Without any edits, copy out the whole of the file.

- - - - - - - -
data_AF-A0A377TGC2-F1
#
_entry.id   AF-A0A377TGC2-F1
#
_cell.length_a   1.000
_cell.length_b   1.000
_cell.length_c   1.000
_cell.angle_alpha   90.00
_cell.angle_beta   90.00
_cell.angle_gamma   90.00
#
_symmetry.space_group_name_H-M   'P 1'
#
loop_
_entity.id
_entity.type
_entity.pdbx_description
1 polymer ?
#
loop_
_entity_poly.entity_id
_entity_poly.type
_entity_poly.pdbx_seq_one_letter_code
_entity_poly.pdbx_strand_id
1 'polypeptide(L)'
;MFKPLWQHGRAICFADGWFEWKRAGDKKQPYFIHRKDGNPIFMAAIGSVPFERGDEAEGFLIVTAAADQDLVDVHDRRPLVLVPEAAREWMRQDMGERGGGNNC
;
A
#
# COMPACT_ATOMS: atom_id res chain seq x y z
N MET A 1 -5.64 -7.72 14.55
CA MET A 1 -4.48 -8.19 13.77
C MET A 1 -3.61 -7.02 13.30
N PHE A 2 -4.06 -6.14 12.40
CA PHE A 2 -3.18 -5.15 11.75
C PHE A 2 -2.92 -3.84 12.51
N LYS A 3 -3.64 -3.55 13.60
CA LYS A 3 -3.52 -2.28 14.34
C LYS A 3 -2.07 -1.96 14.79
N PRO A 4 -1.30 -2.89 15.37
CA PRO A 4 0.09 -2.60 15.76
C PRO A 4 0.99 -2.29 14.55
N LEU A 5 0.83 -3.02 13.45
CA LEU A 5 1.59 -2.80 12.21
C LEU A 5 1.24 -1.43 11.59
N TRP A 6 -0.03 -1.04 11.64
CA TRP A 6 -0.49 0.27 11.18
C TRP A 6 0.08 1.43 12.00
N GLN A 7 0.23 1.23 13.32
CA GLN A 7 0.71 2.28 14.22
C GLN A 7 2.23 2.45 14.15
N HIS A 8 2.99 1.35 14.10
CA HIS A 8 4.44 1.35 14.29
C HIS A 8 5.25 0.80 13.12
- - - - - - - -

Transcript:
data_AF-A0A377TGC2-F1
#
_entry.id   AF-A0A377TGC2-F1
#
_cell.length_a   1.000
_cell.length_b   1.000
_cell.length_c   1.000
_cell.angle_alpha   90.00
_cell.angle_beta   90.00
_cell.angle_gamma   90.00
#
_symmetry.space_group_name_H-M   'P 1'
#
loop_
_entity.id
_entity.type
_entity.pdbx_description
1 polymer ?
#
loop_
_entity_poly.entity_id
_entity_poly.type
_entity_poly.pdbx_seq_one_letter_code
_entity_poly.pdbx_strand_id
1 'polypeptide(L)'
;MFKPLWQHGRAICFADGWFEWKRAGDKKQPYFIHRKDGNPIFMAAIGSVPFERGDEAEGFLIVTAAADQDLVDVHDRRPLVLVPEAAREWMRQDMGERGGGNNC
;
A
#
# COMPACT_ATOMS: atom_id res chain seq x y z
N MET A 1 -5.64 -7.72 14.55
CA MET A 1 -4.48 -8.19 13.77
C MET A 1 -3.61 -7.02 13.30
N PHE A 2 -4.06 -6.14 12.40
CA PHE A 2 -3.18 -5.15 11.75
C PHE A 2 -2.92 -3.84 12.51
N LYS A 3 -3.64 -3.55 13.60
CA LYS A 3 -3.52 -2.28 14.34
C LYS A 3 -2.07 -1.96 14.79
N PRO A 4 -1.30 -2.89 15.37
CA PRO A 4 0.09 -2.60 15.76
C PRO A 4 0.99 -2.29 14.55
N LEU A 5 0.83 -3.02 13.45
CA LEU A 5 1.59 -2.80 12.21
C LEU A 5 1.24 -1.43 11.59
N TRP A 6 -0.03 -1.04 11.64
CA TRP A 6 -0.49 0.27 11.18
C TRP A 6 0.08 1.43 12.00
N GLN A 7 0.23 1.23 13.32
CA GLN A 7 0.71 2.28 14.22
C GLN A 7 2.23 2.45 14.15
N HIS A 8 2.99 1.35 14.10
CA HIS A 8 4.44 1.35 14.29
C HIS A 8 5.25 0.80 13.12